15.  Is there a valid trademark on 'NLP' or 'Neuro-linguistic Programming'?


To the best of my knowledge there are no such trademarks.
That is to say, the only trademarks I know of were issued in the UK in late 1997, only to be withdrawn in the summer of 1998; and in Spain, also now withdrawn (as far as I know).
The Spanish trademark was almost certainly invalid on the grounds that it was generic.  The organisation that obtained that trademark no longer has a web site and I haven't been able to discover whether it still exists.

If anyone knows different please let me know and I'll be glad to edit these details accordingly.

I have asked several people whose sites feature the NLP label with the trademark suffix - including the NLP Webring - where (geographically) it applies.  Few of the people questioned have even replied.  No-one has been willing, thus far, to tell me where the trademark(s) is/are registered.
You'll have to draw your own conclusions as to why no answers are forthcoming.

By the same token, Richard Bandler's own website has (at one time or another) listed a string of titles with a trademark suffix, including both 'NLP' and 'Neuro-linguistic Programming', at the bottom of the home page.  The final part of the paragraph stated that all of the trademarks and servicemarks were owned by Richard Bandler "and may be registered in your jurisdiction"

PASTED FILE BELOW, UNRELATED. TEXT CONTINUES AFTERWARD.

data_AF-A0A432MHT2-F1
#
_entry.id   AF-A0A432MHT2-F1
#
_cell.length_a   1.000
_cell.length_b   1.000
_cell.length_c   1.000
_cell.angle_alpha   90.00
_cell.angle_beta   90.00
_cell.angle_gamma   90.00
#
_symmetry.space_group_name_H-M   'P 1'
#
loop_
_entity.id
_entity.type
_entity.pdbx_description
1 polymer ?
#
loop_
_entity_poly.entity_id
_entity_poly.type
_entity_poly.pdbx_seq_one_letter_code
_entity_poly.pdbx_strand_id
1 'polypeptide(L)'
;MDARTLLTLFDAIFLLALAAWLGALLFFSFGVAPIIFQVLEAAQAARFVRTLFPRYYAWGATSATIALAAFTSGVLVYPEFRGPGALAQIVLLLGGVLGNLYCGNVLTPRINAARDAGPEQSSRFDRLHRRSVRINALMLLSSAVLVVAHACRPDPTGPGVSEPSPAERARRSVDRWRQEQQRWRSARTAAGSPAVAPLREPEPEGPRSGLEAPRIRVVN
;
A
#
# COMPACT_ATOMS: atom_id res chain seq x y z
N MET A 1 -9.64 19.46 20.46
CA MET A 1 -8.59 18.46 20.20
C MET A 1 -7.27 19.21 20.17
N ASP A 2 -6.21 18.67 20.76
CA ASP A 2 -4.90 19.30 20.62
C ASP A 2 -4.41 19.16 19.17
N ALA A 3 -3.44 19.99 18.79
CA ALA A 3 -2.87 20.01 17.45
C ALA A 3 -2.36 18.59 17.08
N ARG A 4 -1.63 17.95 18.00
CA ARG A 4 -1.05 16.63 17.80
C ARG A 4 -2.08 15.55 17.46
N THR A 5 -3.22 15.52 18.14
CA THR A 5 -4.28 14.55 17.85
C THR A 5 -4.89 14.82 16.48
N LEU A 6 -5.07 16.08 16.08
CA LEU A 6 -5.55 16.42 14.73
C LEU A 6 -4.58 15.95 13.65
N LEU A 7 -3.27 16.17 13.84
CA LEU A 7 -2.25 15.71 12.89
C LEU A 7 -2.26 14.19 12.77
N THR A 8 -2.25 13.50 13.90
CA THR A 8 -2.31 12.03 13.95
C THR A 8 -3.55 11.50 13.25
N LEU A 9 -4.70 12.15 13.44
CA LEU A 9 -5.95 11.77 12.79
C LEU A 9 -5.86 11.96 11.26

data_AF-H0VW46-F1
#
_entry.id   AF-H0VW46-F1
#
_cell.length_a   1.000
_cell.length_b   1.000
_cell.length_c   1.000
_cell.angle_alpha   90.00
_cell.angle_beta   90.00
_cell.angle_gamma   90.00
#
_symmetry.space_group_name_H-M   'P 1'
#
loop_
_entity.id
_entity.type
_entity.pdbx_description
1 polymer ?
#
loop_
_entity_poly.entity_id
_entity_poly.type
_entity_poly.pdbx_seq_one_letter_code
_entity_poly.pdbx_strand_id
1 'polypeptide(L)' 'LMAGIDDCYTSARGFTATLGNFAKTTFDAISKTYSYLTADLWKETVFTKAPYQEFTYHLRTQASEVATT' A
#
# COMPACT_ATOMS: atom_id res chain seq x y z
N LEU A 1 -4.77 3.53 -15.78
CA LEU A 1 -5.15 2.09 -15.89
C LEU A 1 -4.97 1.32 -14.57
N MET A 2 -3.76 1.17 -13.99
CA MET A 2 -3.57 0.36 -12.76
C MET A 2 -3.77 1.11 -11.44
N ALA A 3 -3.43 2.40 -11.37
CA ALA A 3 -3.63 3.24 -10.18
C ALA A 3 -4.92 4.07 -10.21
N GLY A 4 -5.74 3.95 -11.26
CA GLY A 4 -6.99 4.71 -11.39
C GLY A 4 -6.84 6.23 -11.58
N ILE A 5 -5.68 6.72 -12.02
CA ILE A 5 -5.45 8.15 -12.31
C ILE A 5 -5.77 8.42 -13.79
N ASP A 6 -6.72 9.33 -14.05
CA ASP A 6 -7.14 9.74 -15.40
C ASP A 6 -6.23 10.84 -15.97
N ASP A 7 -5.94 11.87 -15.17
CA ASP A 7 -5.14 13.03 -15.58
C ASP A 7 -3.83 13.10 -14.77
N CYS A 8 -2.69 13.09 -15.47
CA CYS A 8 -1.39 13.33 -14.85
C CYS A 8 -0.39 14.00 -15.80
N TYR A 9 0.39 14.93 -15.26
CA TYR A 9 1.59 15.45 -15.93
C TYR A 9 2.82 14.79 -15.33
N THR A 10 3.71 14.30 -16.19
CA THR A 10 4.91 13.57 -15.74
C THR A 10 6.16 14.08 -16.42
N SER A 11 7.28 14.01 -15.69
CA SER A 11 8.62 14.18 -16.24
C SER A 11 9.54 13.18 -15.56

Unfortunately there was never any indication of just where "your jurisdiction" might be, so there is no way to tell where whoever wrote these statements believes the trademarks on 'NLP' and 'Neuro-linguistic Programming' may apply/have applied.

!!! WARNING !!!

  1. 'NLP' and 'Neuro-Linguistic Programming' are only generic when used in isolation.  When included as part of a larger label, such as the 'Society of NLP™', which identifies a specific organisation or product, the trademark and/or servicemark registration does not violate the 'no generic titles' rule, and the safest course of action is to assume that it is entirely valid and treat it as such.
  2. Whatever the situation in regard to a particular trademark, all of the material created by Richard Bandler, John Grinder (or anyone else, for that matter) is automatically copyright as soon as it is 'written down' (in whatever form).
    Copyright is a completely separate matter from trademarks, and the copyright nature of all written material - books, articles, training materials, audio and video tapes, etc. should always be respected.